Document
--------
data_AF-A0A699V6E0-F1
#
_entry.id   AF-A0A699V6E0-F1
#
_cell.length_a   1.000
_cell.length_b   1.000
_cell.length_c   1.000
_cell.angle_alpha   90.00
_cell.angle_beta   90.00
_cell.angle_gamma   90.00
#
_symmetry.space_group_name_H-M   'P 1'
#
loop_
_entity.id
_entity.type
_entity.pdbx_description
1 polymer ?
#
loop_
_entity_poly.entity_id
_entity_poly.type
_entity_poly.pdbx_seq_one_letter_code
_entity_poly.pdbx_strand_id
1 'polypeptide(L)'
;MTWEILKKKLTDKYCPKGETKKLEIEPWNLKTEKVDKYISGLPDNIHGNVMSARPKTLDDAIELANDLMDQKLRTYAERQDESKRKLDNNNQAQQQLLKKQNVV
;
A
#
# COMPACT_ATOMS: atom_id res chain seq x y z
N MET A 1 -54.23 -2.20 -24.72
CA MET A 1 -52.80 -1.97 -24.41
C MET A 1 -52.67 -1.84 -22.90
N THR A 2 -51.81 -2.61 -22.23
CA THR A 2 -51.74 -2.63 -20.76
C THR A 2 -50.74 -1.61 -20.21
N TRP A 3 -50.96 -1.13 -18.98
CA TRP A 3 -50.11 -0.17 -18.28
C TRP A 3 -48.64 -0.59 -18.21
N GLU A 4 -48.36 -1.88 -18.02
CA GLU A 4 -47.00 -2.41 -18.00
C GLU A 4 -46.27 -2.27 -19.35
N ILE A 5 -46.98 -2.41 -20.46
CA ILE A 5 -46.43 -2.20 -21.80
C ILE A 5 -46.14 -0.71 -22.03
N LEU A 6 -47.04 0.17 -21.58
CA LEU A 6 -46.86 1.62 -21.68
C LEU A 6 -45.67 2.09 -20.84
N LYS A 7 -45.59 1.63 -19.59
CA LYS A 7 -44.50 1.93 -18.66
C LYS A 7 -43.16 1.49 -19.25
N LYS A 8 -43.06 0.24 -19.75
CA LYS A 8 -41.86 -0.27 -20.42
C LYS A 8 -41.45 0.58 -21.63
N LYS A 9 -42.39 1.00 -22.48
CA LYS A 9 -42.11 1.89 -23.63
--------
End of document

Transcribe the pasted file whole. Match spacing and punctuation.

data_AF-A0A699V6E0-F1
#
_entry.id   AF-A0A699V6E0-F1
#
_cell.length_a   1.000
_cell.length_b   1.000
_cell.length_c   1.000
_cell.angle_alpha   90.00
_cell.angle_beta   90.00
_cell.angle_gamma   90.00
#
_symmetry.space_group_name_H-M   'P 1'
#
loop_
_entity.id
_entity.type
_entity.pdbx_description
1 polymer ?
#
loop_
_entity_poly.entity_id
_entity_poly.type
_entity_poly.pdbx_seq_one_letter_code
_entity_poly.pdbx_strand_id
1 'polypeptide(L)'
;MTWEILKKKLTDKYCPKGETKKLEIEPWNLKTEKVDKYISGLPDNIHGNVMSARPKTLDDAIELANDLMDQKLRTYAERQDESKRKLDNNNQAQQQLLKKQNVV
;
A
#
# COMPACT_ATOMS: atom_id res chain seq x y z
N MET A 1 -54.23 -2.20 -24.72
CA MET A 1 -52.80 -1.97 -24.41
C MET A 1 -52.67 -1.84 -22.90
N THR A 2 -51.81 -2.61 -22.23
CA THR A 2 -51.74 -2.63 -20.76
C THR A 2 -50.74 -1.61 -20.21
N TRP A 3 -50.96 -1.13 -18.98
CA TRP A 3 -50.11 -0.17 -18.28
C TRP A 3 -48.64 -0.59 -18.21
N GLU A 4 -48.36 -1.88 -18.02
CA GLU A 4 -47.00 -2.41 -18.00
C GLU A 4 -46.27 -2.27 -19.35
N ILE A 5 -46.98 -2.41 -20.46
CA ILE A 5 -46.43 -2.20 -21.80
C ILE A 5 -46.14 -0.71 -22.03
N LEU A 6 -47.04 0.17 -21.58
CA LEU A 6 -46.86 1.62 -21.68
C LEU A 6 -45.67 2.09 -20.84
N LYS A 7 -45.59 1.63 -19.59
CA LYS A 7 -44.50 1.93 -18.66
C LYS A 7 -43.16 1.49 -19.25
N LYS A 8 -43.06 0.24 -19.75
CA LYS A 8 -41.86 -0.27 -20.42
C LYS A 8 -41.45 0.58 -21.63
N LYS A 9 -42.39 1.00 -22.48
CA LYS A 9 -42.11 1.89 -23.63